Sunshine and warm weather are great inspiration for anyone to lace up her running shoes and hit the road (or trail, depending on your preference). As fun as summer can be for runners, those hot temperatures can prove dangerous.

So, before you head out for a jog, make sure you've taken these tips into account:

"Drink 8 ounces of water or a sports drink 1 hour before heading out on a run."

1. Hydrate before, during and after.

One of the simplest ways to avoid cramps, heat stroke, dizziness, lack of energy and dehydration, among other things, is to stay hydrated. While you may not want to guzzle a quart of liquid before hitting the trail, try to drink 8 ounces of water or a sports drink one hour before heading out on a run, Runners' World advised. Depending on the length of your run, you might consider bringing a water pouch with you or planning a jog where you know there are water fountains. When you get home? Just steadily drink water throughout the day.

2. Protect your skin.

Before heading out the door, find your sunscreen (at least SPF 15) and apply it everywhere. Since you'll be sweating, invest in a sports sunscreen - it's sweat-proof and waterproof - and an anti-chafing stick, which will help prevent heat rash anywhere your shoes or clothes rub against your skin. Lastly, grab a hat and sunglasses. These will help to protect your eyes from harmful ultra-violet rays.

3. Plan your transition.

Running in hot weather can be harder, resulting in slower times, at least at first. Runners should give their bodies time to adjust to higher temperatures on their first few outings before ramping up. Specifically, the American Running and Fitness Association recommended on your first run in the heat, you reduce intensity by 65 to 75 percent.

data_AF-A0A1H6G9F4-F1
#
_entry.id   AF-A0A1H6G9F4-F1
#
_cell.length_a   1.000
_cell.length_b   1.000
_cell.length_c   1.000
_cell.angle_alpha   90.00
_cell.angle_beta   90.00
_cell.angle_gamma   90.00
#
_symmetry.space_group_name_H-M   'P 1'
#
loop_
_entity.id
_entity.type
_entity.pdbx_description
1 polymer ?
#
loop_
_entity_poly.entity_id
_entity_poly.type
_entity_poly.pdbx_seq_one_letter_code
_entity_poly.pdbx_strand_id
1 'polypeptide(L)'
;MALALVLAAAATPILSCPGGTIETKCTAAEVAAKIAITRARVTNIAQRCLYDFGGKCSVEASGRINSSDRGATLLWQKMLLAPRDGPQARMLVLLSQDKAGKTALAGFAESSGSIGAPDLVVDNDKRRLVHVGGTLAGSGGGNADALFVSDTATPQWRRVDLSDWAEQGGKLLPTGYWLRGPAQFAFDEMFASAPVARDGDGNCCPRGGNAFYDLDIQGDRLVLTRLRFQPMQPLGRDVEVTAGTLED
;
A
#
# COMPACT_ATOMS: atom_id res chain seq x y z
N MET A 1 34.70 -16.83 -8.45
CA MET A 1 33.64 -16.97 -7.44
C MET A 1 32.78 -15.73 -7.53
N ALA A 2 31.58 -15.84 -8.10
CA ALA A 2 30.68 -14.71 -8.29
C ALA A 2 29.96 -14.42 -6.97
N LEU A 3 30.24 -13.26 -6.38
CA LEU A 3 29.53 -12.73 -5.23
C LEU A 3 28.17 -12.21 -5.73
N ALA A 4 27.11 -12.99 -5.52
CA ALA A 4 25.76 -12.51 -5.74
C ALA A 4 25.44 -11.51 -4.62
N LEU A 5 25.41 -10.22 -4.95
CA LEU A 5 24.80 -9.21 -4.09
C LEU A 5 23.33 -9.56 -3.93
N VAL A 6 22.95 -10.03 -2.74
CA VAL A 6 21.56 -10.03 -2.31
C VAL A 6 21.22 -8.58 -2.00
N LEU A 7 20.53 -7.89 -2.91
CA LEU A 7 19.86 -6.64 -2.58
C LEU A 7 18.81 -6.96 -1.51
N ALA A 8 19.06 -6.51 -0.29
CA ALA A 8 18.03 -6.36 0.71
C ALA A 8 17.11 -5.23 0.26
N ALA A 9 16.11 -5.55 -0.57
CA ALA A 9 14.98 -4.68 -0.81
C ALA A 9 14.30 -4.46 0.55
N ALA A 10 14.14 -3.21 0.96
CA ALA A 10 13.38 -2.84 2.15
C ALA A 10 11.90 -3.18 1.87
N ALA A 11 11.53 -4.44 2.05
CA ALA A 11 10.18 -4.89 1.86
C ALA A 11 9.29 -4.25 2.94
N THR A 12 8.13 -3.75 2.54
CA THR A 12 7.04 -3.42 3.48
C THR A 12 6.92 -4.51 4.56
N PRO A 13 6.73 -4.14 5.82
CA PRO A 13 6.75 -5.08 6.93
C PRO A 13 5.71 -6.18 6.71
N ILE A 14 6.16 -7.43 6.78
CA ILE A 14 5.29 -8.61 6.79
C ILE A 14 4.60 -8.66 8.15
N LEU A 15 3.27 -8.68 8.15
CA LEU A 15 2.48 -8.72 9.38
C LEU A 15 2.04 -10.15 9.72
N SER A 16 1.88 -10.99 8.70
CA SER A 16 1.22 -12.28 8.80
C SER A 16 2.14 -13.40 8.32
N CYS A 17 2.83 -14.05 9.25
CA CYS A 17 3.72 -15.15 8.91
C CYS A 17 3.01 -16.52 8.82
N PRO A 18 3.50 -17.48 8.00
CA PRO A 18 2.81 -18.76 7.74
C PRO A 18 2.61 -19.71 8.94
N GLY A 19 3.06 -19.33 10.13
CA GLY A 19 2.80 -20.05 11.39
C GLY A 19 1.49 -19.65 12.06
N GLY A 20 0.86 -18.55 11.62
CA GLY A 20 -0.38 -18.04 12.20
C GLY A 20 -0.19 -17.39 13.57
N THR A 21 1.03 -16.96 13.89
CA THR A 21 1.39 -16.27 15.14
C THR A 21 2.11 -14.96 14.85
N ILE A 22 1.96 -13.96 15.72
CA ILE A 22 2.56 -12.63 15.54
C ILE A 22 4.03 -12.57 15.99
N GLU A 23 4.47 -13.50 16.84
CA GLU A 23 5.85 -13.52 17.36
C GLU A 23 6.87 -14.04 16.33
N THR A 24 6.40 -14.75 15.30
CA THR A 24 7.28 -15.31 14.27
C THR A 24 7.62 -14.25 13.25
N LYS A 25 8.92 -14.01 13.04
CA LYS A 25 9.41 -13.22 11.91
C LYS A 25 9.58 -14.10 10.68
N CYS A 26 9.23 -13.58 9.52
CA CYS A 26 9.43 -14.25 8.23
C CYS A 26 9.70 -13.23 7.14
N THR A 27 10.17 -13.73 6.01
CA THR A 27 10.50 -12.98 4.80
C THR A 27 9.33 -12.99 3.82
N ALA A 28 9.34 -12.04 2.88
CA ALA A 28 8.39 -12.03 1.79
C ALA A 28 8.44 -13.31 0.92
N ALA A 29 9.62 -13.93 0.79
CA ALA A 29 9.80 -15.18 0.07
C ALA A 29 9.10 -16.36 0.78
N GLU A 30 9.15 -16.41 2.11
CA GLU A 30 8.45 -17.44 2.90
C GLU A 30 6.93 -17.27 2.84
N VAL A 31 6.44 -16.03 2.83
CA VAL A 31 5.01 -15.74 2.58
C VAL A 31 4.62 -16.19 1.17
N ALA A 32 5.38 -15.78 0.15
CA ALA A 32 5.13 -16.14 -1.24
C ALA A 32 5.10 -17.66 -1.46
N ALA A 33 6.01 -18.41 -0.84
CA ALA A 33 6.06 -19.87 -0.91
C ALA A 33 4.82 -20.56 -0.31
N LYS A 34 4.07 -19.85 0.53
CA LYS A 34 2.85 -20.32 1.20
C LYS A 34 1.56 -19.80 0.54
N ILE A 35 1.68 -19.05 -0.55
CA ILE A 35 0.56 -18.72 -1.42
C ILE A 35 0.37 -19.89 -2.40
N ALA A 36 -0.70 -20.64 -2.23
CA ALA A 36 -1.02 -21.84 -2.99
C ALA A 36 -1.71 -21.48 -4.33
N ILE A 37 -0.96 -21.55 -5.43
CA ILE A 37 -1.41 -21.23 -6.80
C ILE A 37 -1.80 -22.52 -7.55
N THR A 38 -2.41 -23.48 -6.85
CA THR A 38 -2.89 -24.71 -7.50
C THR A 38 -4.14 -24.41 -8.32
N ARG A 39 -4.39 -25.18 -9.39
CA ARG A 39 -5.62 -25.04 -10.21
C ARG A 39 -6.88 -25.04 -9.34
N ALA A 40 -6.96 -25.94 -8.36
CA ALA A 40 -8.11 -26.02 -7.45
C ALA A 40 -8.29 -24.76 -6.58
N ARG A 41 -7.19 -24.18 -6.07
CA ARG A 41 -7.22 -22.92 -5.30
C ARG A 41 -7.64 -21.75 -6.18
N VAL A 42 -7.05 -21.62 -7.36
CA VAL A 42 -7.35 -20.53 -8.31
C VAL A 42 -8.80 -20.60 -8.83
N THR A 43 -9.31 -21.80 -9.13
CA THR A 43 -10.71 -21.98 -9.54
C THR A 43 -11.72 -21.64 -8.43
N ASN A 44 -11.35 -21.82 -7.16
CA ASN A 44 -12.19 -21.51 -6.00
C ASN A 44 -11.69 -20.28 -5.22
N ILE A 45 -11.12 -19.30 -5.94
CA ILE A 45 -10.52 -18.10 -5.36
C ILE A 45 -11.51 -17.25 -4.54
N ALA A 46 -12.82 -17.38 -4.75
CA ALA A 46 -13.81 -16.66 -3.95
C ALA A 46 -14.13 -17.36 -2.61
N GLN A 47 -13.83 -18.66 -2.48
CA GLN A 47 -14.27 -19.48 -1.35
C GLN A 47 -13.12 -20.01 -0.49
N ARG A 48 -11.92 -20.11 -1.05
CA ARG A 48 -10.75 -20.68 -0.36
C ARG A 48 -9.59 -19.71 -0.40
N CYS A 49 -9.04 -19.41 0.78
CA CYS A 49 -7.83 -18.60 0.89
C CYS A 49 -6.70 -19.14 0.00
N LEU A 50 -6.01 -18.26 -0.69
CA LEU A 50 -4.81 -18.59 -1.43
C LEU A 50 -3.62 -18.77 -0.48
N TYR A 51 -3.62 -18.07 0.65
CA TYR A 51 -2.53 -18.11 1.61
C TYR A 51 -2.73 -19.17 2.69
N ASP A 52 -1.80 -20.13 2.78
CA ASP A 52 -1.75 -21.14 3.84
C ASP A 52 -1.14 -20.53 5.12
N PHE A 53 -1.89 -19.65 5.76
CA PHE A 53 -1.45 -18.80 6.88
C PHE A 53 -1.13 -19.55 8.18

4. Think about your clothes.

When running in the heat, what you're wearing and what it's made of can make all the difference between a great run and a torturous jog through what feels like the high desert. Runners Academy advised individuals to wear light-colored technical fabrics. These items are designed to stay dry, wick sweat away and prevent chafing. While it's a good idea to wear cotton fabrics in your everyday life, this fabric is a big no-no for summer running - it will grow heavy with sweat, which inhibits breathability and your body's ability to cool itself.

5. Run early.

By getting up and out the door early in the morning, you'll be missing the worst of the heat, which occurs between 3 p.m. and 5 p.m. Plus, your core body temperature is the coolest at night and, in fact, it's the lowest right before you wake up, meaning it will take longer for your body to overheat, wrote Training Peaks.